Over half of teachers have experienced some form of homophobia, biphobia or transphobia during their teaching career, a conference organised by the NASUWT, the largest teachers’ union in the UK, has heard.

Less than half of LGBT (lesbian, gay, bisexual and transgender) teachers at the NASUWT’s LGBT Teachers’ Consultation Conference today (Saturday) in Birmingham said their school takes the issue of homophobia, biphobia or transphobia against either teachers or pupils seriously.

A real-time electronic poll of members attending the Conference found that:

  • Over half (56%) said they had experienced homophobia, bi phobia and transphobia during their teaching career;
  • Nearly half (44%) have experienced the word gay being used in a derogatory or offensive manner in schools;
  • Nearly a quarter (24%) have had to hide their sexual orientation or gender identity at school;
  • More than one in ten (12%) have experienced homophobic, biphobic or transphobic verbal abuse at school;
  • Only a third said that they believe teachers can be out and safe in schools;
  • Less than half said that their school takes the issue of homophobia, biphobia and transphobia against pupils or teachers seriously;
  • More training for school staff on tackling homophobia, biphobia and transphobia in schools would make the biggest difference in tackling the problem;
  • 95% said the Coalition Government’s decision not to equalise pension survivor benefits to civil partners or same sex couples on cost grounds is unjustified;
  • Less than a quarter said the Coalition Government’s record on advancing LGBT equality was good or very good.

Chris Keates, General Secretary of the NASUWT, who addressed the Conference, said:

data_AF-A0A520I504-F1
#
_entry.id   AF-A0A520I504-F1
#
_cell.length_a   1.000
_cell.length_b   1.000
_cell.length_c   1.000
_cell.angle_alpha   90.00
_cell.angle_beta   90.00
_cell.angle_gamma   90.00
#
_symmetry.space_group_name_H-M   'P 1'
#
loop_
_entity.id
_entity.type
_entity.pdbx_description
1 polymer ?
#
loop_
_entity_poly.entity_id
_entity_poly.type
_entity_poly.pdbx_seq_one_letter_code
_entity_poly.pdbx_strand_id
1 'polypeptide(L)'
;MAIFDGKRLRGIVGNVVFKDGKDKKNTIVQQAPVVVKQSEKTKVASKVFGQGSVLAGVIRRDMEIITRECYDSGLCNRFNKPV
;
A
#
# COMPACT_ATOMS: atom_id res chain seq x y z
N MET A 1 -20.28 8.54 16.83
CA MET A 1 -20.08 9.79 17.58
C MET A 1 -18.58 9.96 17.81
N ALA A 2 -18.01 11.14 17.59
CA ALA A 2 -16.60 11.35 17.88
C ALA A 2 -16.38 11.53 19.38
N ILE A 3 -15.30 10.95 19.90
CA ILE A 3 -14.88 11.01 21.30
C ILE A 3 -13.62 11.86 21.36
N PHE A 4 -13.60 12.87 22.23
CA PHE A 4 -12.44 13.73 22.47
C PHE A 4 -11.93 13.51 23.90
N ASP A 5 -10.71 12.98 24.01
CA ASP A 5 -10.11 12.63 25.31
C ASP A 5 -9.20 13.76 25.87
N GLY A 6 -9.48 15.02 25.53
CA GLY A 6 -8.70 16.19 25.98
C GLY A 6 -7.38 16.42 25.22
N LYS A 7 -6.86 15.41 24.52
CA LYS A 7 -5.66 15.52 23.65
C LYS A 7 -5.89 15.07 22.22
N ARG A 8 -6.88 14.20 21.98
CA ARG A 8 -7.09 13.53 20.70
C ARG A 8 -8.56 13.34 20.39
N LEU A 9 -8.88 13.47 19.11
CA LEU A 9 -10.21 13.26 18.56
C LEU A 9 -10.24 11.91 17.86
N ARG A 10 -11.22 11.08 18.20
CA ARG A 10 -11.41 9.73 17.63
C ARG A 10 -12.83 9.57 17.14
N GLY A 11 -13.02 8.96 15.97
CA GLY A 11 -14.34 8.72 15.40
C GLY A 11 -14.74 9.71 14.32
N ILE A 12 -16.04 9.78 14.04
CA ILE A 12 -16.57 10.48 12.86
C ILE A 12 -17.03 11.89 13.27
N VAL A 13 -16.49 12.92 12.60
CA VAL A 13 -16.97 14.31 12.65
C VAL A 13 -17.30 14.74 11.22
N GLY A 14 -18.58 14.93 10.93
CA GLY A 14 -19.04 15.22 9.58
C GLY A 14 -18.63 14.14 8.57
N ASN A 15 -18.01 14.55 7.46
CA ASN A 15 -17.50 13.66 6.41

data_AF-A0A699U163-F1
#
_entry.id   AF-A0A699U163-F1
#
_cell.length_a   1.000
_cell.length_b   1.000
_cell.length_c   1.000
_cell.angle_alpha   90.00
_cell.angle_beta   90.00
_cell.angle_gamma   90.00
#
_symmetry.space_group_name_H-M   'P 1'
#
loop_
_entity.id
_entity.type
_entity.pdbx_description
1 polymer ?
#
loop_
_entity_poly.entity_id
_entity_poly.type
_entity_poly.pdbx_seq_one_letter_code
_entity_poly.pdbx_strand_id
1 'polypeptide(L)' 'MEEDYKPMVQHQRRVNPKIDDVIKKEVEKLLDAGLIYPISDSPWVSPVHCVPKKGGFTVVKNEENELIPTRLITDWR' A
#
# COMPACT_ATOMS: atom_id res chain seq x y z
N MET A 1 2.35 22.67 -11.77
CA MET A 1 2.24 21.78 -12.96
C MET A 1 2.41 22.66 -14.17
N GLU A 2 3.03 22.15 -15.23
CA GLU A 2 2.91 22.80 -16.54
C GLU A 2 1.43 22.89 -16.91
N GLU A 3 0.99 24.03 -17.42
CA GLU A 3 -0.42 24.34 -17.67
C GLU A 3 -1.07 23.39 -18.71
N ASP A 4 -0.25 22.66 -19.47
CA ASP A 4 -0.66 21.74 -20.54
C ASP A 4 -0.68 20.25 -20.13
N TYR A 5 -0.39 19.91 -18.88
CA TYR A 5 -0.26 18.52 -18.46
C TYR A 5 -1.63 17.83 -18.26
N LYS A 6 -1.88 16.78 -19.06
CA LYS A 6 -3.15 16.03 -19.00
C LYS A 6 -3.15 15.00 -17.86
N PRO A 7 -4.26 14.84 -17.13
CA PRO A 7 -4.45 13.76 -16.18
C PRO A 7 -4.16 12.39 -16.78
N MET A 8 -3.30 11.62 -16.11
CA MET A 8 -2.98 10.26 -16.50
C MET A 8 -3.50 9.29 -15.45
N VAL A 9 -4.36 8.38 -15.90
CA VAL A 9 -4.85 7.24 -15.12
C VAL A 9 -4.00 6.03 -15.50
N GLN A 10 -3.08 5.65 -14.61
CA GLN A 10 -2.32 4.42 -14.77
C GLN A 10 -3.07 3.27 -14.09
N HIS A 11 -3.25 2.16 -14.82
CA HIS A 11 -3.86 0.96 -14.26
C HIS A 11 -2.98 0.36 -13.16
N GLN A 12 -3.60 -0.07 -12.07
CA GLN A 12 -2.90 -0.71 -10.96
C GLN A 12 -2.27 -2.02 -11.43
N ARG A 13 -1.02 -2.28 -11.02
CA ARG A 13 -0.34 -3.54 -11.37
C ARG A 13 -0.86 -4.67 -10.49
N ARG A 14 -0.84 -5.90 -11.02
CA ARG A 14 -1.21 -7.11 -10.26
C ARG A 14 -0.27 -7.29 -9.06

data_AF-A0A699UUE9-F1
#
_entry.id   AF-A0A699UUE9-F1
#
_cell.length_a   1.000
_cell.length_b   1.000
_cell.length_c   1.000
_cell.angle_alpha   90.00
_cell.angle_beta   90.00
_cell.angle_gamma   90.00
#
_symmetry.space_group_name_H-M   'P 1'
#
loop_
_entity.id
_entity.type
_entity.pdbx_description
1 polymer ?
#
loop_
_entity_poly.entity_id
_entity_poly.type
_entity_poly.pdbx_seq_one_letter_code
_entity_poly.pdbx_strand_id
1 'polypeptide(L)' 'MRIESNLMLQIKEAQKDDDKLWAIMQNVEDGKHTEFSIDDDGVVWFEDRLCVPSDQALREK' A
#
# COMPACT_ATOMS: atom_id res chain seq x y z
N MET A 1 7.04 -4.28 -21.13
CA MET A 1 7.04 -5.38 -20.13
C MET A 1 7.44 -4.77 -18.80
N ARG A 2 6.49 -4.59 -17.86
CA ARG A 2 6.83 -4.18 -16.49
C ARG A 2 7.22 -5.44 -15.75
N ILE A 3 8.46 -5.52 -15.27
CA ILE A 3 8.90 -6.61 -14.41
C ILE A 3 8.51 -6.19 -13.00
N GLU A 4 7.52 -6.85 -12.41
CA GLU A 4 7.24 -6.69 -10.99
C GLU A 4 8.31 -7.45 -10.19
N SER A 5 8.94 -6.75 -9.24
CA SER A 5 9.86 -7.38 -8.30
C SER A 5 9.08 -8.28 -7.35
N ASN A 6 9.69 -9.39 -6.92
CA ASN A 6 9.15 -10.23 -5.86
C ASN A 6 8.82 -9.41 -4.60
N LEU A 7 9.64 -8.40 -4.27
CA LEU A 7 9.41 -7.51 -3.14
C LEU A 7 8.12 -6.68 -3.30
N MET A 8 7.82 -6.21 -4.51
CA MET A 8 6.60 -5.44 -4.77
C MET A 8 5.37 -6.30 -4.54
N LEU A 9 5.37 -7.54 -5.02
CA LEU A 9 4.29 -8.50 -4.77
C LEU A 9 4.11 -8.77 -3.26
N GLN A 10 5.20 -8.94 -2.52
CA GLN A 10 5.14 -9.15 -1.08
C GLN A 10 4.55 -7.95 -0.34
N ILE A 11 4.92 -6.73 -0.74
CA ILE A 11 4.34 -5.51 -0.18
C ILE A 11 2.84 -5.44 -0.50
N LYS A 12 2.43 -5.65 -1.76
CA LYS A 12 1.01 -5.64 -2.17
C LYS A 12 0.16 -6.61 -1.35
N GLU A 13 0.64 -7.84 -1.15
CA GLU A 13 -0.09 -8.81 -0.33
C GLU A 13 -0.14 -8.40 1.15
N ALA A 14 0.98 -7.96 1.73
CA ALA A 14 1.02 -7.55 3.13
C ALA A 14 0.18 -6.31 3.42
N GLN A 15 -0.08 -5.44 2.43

“It is scandalous that in the 21st century teachers are still reporting that homophobia is still an issue for gay, lesbian, bisexual and transgender pupils and staff and that many LGBT teachers do not feel safe in their schools .

“Despite assertions to the contrary, the Coalition Government has rolled back the progress made over decades on equality and we see the adverse impact this is having on teachers and pupils in our schools.

“Post the General Election, we need a government which is committed to creating a climate in our schools where all children and young people and staff feel respected and safe."


Responding to the publication of the Government’s response to the Workload Challenge, Chris Keates, General Secretary of the NASUWT, the largest teachers’ union in the UK, said:

“The Coalition Government’s response to the Workload Challenge demonstrates its contempt for the teaching profession.

“The Report released today wilfully misinterprets and misrepresents the clear evidence provided by thousands of teachers about the chronic workload burdens they are facing as a consequence of this Coalition Government’s policies.

“The Coalition Government has created a culture in schools where anything goes and where any adverse impact on the health and wellbeing of teachers is simply regarded as collateral damage.

“Anyone reading the Report would be forgiven for thinking that workload is a marginal issue, that the current recruitment crisis does not exist and that nearly two-thirds of teachers are not seriously considering quitting the profession.

“The excessive workload burdens on teachers have been evident since 2011 and have risen year on year.

“On the eve of a General Election, Ministers have claimed to empathise with teachers but have published a Report that is woefully inadequate given the scale of the teacher workload crisis.

“None of this will come as any surprise to teachers.

“With their Workload Challenge, ministers have over-promised and under-delivered.

“The clear message from the Report is that the only respite for teachers will come from a change of Government in May.”

The NASUWT made practical suggestions of actions which could be taken before the General Election. The letter to Nicky Morgan is attached.

Letter to Nicky Morgan